Or

  1. Any one subsample contains more than 3 rodent hairs even if the overall average is less than 1.0 rodent hair.

There is rodent hair (and likely poop), and insect parts in your chocolate. The optimistic twist would be that in many countries insects are a part of the regular diet. Alternatively, it may help stimulate your immune system.

Is Chocolate Addictive?

The simple answer is “Yes,” chocolate is addictive. You may notice some addictive tendencies with cacao as well. It may lead you to craving coffee, alcohol, sugar, other caffeine and other things.in Western culture these are unfortunately acceptable addictions but that does not imply they are by any means healthy.  I prefer you have a choice. If you are addicted, then you likely don’t have that choice and are running on autopilot with your brain chemistry running the show. You can over-ride this and find a better balance. If you notice that you’re feeling addicted to chocolate or anything, I recommend you seek out some help and support to provide you with some guidance and structure to work through it. Many of the practices I offer there are helpful when you find yourself craving something. I believe most food addictions have a root beyond simply physical, although the physical part is important too. Often there are emotional aspects of food addiction that tend to go unaddressed. I or addictive tendencies as well as with the physical components of dependency. Even though chocolate is a socially acceptable stimulant, it may not be in your highest best interest to over-consume it or even eat it daily. The question then becomes, how much should you really be eating? How Much Is Healthy?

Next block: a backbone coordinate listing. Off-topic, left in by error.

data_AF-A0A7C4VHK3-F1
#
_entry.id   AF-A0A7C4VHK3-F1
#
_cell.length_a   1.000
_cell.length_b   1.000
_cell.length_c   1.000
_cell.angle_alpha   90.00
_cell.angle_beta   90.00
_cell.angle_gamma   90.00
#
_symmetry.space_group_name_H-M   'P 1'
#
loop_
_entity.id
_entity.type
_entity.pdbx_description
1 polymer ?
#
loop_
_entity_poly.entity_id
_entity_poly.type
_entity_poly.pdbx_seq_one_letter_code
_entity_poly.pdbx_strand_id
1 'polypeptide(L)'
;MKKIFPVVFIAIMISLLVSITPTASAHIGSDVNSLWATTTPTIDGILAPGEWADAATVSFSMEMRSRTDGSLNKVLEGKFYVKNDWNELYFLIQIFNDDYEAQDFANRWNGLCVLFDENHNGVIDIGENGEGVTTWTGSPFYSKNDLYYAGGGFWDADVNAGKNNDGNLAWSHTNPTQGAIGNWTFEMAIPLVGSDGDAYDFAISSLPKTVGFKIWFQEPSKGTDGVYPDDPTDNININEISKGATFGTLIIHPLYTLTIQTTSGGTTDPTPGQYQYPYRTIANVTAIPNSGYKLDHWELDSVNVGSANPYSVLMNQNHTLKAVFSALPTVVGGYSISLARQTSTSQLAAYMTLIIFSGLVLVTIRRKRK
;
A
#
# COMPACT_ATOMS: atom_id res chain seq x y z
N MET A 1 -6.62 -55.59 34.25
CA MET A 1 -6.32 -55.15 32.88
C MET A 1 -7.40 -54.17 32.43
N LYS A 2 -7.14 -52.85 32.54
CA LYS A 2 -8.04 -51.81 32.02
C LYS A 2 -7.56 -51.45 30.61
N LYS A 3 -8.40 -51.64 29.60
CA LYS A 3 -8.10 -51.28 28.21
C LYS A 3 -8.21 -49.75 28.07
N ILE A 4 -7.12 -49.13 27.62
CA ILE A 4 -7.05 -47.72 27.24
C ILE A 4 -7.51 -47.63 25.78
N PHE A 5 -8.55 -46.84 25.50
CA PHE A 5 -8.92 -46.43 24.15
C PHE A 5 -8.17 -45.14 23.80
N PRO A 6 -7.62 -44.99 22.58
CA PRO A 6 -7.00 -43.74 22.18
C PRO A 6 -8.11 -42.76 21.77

It is ideal to eat 70% and higher dark chocolate to avoid large amounts of added sugar and dairy. On average, consuming 1.0-1.6 oz of dark cacao daily is considered healthy. This is approximately half of a 3.5 oz bar. Raw organic cacao powder or melted cacao paste can be used in desserts, smoothies, or g drinks to support your body any time of the day. I recommend not eating large quantities of chocolate at night, even if you don’t feel like it stimulates to system. You may not notice what your brain chemistry is doing, even if you aren’t visibly stimulated – it does have an impact.

Do not replace nutrient-rich foods, such as well-raised animal proteins, naturally occurring fats and vegetables, with chocolate. That would truly be shooting yourself in the foot. Instead, cut back on many more highly processed treats and baked goods (even those ‘technically’ approved for your eating plan) and make room for some carefully selected chocolate or cacao.

Once you've made room in your daily diet, make time to truly enjoy your chocolate. Take a few moments, sit down, and slowly savor the deep, rich flavor and melt-in-your-mouth texture of a high-quality dark-chocolate square. And remind yourself that there's no need to feel guilty about satisfying your chocolate desires in a responsible, healthy way.

Article written by Micahl Ofer, Functional Nutrition Coach, Beautycounter Consultant